In a private letter ruling issued May 31, 2012 (Letter Ruling SUT-12-001), the Pennsylvania Department of Revenue stated that accessing pre-written software via the Internet is taxable if the purchaser and the user are both located in Pennsylvania.
The ruling represents a departure from the Department's earlier treatment of cloud computing whereby access to software solely through the Internet was not a taxable transaction, as long as the server did not reside in Pennsylvania.
"User" is defined as either an employee or a customer of the software purchaser/owner (according to the Letter Ruling, "In order to access the software, Taxpayer's customers either pay a subscription fee to Taxpayer or pay Taxpayer on a per-use basis. Both Taxpayer's employees and customers may collectively be referred to as 'end users' of the licenses to use the software.")
The reasoning for the new ruling is that computer software is "tangible personal property," and therefore, the charge for electronically accessing such software is taxable if the user is accessing the software from within Pennsylvania. However, if the end user is located outside the Commonwealth, the transaction is not subject to tax, even if the server is located in Pennsylvania.
If the billing address for pre-written software accessed remotely is a Pennsylvania address, all users associated with that billing address are presumed to be located within the state. To show that some users are actually out of state, the purchaser must submit an exemption certificate to the seller stating the percentage of users who are located outside the Commonwealth (this presumably applies only to employees, not customers).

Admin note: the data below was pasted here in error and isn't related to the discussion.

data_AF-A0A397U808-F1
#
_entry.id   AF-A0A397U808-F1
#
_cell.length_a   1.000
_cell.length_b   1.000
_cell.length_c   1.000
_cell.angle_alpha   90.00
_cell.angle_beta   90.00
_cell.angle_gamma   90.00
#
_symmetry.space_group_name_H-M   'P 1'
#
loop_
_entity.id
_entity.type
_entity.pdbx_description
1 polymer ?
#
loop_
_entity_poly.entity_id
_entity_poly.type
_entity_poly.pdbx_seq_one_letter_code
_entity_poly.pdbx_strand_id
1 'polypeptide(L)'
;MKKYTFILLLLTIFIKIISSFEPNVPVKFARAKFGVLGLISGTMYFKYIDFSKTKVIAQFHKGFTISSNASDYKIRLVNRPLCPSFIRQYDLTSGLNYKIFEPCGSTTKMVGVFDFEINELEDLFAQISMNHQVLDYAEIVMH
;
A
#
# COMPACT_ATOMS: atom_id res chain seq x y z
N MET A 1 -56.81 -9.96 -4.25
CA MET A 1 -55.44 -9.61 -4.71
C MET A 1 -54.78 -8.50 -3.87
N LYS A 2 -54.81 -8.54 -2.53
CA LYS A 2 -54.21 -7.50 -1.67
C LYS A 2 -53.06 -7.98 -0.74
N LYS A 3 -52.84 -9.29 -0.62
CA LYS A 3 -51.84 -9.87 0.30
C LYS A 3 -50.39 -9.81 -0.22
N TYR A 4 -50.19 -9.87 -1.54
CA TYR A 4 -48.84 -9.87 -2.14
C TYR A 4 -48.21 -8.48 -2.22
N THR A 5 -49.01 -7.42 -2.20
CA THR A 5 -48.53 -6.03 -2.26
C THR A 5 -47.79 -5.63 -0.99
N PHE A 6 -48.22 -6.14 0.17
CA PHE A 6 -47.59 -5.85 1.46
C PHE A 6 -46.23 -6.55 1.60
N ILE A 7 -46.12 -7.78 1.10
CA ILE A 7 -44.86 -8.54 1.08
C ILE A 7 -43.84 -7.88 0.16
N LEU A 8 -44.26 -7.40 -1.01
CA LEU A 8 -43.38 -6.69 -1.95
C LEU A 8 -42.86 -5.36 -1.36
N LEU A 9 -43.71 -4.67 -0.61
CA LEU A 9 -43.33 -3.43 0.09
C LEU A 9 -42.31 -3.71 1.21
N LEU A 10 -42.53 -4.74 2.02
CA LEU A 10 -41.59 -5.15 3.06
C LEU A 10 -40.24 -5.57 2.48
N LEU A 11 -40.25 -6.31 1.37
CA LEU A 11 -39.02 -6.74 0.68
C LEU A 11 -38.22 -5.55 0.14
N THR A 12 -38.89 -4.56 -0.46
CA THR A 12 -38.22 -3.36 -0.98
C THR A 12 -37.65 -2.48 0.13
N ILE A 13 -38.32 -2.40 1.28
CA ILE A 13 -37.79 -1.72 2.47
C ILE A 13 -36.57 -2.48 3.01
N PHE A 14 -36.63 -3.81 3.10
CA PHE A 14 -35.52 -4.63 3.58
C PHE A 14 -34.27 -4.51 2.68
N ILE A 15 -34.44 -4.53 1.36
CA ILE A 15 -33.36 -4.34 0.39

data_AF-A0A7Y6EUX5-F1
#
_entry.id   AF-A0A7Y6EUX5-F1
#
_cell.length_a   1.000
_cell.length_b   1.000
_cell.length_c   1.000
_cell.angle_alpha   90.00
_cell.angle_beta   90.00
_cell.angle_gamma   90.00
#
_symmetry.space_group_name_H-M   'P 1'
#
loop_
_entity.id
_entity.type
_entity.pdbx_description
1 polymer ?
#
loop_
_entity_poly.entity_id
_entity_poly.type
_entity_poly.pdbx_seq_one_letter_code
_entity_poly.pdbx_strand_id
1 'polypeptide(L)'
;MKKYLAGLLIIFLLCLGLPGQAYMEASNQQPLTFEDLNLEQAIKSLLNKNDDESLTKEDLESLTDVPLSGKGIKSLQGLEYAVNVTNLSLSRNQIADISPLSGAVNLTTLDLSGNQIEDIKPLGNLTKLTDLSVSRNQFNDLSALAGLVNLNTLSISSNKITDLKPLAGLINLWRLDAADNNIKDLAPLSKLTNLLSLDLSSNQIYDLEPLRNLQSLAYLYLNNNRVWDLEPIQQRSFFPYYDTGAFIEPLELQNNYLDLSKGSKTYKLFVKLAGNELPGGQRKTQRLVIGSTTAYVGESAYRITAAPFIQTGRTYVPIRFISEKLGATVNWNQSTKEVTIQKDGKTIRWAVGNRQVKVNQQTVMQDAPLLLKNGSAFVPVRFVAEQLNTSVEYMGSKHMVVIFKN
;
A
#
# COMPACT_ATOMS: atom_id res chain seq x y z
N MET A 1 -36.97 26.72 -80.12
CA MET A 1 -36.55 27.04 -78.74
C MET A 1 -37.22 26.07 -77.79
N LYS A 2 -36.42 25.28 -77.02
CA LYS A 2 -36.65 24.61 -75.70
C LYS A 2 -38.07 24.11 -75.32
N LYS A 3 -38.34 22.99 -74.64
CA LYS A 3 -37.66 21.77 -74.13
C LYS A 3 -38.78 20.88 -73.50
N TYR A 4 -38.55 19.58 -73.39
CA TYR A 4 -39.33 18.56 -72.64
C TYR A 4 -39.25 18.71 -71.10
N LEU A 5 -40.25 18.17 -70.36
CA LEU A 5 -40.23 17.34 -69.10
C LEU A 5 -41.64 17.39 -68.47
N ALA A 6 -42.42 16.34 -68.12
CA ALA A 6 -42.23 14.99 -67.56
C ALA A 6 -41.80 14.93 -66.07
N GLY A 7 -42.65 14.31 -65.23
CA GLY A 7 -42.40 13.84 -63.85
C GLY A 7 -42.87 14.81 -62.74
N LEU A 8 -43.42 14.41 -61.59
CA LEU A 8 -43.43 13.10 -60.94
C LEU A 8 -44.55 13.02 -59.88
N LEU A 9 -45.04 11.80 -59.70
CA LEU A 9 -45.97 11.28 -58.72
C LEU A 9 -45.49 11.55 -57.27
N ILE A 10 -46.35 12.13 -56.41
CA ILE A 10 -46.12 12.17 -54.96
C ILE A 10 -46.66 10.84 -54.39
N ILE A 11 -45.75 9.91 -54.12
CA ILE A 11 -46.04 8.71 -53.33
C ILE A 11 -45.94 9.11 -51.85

So, in a nutshell, it doesn't matter where the server is located. If the user is in Pennsylvania, the user pays a tax on a subscription or per-usage charge. What the letter does not really address directly is software used only in-house, and not by customers. Presumably, there would be a one-time tax levied at the time of purchase (or on installment payments made by the purchaser).
While this seems like an effort to "rationalize" the taxation process, it may have the effect of discouraging companies from locating facilities with a large head count inside Pennsylvania, or encouraging those (few, these days) who are expanding to look elsewhere (if they use cloud-based solutions on a pay-as-you-go basis to run their business, which businesses increasingly do). And it will certainly discourage companies who offer access to software to their customers on a subscription or per-use basis from locating in the Commonwealth (although only PA residents will be so taxed, but PA is the sixth most populous state). Yes, this can be said of any tax, but unless and until nationwide treatment of situations like this are resolved at the Federal level, states will have to decide between trying to collect additional revenue or encouraging large employers to love Pennsylvania.